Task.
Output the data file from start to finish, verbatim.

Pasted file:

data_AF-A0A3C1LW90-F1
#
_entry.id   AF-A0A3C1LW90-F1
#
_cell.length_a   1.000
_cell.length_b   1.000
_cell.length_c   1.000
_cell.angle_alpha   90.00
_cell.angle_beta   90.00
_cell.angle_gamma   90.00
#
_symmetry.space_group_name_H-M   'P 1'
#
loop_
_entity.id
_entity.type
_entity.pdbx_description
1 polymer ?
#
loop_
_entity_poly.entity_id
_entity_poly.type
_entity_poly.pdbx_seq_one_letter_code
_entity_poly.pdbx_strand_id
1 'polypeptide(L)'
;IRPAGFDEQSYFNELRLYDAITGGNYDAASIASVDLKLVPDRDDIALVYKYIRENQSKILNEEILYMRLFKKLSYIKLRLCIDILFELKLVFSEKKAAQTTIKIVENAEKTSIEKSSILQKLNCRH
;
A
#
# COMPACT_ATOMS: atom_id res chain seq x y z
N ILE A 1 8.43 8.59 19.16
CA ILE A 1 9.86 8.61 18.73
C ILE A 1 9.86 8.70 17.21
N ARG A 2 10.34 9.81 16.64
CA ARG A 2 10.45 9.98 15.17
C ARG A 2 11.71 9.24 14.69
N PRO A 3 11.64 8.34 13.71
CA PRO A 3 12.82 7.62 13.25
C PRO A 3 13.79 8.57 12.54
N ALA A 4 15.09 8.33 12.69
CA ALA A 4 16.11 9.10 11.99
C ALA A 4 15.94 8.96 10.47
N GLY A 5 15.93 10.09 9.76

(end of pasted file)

data_AF-A0A3C1LW90-F1
#
_entry.id   AF-A0A3C1LW90-F1
#
_cell.length_a   1.000
_cell.length_b   1.000
_cell.length_c   1.000
_cell.angle_alpha   90.00
_cell.angle_beta   90.00
_cell.angle_gamma   90.00
#
_symmetry.space_group_name_H-M   'P 1'
#
loop_
_entity.id
_entity.type
_entity.pdbx_description
1 polymer ?
#
loop_
_entity_poly.entity_id
_entity_poly.type
_entity_poly.pdbx_seq_one_letter_code
_entity_poly.pdbx_strand_id
1 'polypeptide(L)'
;IRPAGFDEQSYFNELRLYDAITGGNYDAASIASVDLKLVPDRDDIALVYKYIRENQSKILNEEILYMRLFKKLSYIKLRLCIDILFELKLVFSEKKAAQTTIKIVENAEKTSIEKSSILQKLNCRH
;
A
#
# COMPACT_ATOMS: atom_id res chain seq x y z
N ILE A 1 8.43 8.59 19.16
CA ILE A 1 9.86 8.61 18.73
C ILE A 1 9.86 8.70 17.21
N ARG A 2 10.34 9.81 16.64
CA ARG A 2 10.45 9.98 15.17
C ARG A 2 11.71 9.24 14.69
N PRO A 3 11.64 8.34 13.71
CA PRO A 3 12.82 7.62 13.25
C PRO A 3 13.79 8.57 12.54
N ALA A 4 15.09 8.33 12.69
CA ALA A 4 16.11 9.10 11.99
C ALA A 4 15.94 8.96 10.47
N GLY A 5 15.93 10.09 9.76